”The elephant in the room is casinos. My sense of whether or not we have casinos is irrelevant. This process is a planning process for creating a civic vision for seven miles of riverfront.
“There is a lot more development happening or potentially happening on the Delaware besides casinos. This process is not about taking a stand on casinos. It’s about reflecting the best way to re-vision the Delaware Riverfront as a whole.”
The value questions posed Monday night in order to establish design principles were:
A safe place to live: Please tell a story that describes your experience with the waterfront and the  neighborhoods being a safe place to live, work and play.  What does your story suggest about what could or should be done to preserve or improve this value?
Varieties of diversity and culture: Please tell a story that describes your experience with variety of diversity and culture on the waterfront and the neighborhoods.  What does your story suggest about what could or should be done to preserve or improve this value?
Economic sustainability: Please tell a story that speaks to you about the importance of the waterfront economy.  What does your story suggest about what could or should be done to preserve or improve this value?
The Environment: Please tell me a story about a time when you were able to appreciate the value of a clean and open environment along the waterfront.  What does your story suggest about what could or should be done to preserve or improve this value?
History: Please tell a story about a time when you had a meaningful experience of Philadelphia’s history along the waterfront.  What things could have been improved to make your experience of that history more meaningful does your story suggest about what could or should be done to preserve or improve this value?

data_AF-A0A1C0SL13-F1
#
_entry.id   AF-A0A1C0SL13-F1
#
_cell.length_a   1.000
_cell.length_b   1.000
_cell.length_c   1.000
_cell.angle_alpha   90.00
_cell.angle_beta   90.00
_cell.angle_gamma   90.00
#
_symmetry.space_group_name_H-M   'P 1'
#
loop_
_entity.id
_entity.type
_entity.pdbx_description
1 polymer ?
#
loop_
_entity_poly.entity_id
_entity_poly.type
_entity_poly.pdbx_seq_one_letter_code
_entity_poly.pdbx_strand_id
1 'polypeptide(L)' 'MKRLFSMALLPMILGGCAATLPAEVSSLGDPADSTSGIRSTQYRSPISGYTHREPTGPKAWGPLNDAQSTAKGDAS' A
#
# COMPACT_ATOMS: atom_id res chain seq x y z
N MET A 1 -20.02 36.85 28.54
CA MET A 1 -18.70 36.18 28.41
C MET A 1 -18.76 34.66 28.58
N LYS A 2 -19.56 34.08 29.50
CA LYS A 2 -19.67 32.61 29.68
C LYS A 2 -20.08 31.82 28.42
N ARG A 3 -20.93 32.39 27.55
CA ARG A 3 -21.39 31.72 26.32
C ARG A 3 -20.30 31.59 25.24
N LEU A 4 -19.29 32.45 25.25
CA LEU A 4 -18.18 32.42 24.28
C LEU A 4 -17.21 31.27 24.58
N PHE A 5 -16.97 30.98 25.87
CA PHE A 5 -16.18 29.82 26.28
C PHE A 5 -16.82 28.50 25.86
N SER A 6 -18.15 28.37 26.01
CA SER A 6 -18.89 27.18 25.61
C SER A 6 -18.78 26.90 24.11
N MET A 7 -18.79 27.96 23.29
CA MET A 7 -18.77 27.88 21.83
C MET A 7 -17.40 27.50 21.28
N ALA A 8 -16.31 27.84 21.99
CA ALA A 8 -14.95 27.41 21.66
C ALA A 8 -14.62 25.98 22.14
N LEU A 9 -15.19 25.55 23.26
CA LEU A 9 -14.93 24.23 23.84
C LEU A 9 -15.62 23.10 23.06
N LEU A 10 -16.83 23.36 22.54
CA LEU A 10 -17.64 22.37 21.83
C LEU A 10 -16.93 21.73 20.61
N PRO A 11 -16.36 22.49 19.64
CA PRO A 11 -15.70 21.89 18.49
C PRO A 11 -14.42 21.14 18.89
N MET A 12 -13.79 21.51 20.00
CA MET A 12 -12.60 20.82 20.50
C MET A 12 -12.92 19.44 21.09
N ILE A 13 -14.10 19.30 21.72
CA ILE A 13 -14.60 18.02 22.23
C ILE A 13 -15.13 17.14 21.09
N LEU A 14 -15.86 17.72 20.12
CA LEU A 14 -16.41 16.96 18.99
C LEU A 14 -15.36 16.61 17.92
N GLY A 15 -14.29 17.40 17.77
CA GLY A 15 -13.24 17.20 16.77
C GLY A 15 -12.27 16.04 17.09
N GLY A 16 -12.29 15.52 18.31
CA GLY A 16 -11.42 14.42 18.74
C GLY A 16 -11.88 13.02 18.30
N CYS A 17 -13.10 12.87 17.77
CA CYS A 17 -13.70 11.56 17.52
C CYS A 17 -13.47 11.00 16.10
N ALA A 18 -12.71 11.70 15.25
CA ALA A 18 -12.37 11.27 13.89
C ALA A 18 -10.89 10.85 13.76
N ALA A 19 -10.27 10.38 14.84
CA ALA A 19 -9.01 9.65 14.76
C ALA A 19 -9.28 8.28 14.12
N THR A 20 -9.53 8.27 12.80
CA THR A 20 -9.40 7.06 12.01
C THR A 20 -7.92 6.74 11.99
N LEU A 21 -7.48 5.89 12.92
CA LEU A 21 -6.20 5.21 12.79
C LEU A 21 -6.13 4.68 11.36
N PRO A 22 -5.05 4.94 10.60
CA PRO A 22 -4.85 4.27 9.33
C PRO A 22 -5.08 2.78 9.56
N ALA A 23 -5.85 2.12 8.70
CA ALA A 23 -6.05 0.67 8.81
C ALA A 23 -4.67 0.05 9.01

The principles that were identified Monday night are, in effect, guidelines for the development of the civic vision for the waterfront. They inform and tell the planning and design teams the kinds of things to include in the plan and they will be used in the March 1-3 design charrettes.
Some of the principles that were identified were: a river trail like the one on the Schuylkill; development and parks that overlook the water; space for unprogrammed river recreation; a living history adjunct to the Seaport Museum; transit opportunities that allow for easy riverfront access; a beach at river’s edge; safety in numbers of people using the waterfront; increased access because of proper lighting; fishing piers that bring people to the water.

Many more principles will be developed in the coming week. PlanPhilly will post three stories that came out of specific group discussions Tuesday on the site.
A second session that was scheduled for Tuesday night at the Cescaphe Ballroom has been canceled due to inclement weather. Praxis welcomes anyone who was signed up for that sesion to attend the Feb. 20th principle session at Furness High School, S. 3rd St. and Mifflin St., Philadelphia, from 6-9 p.m.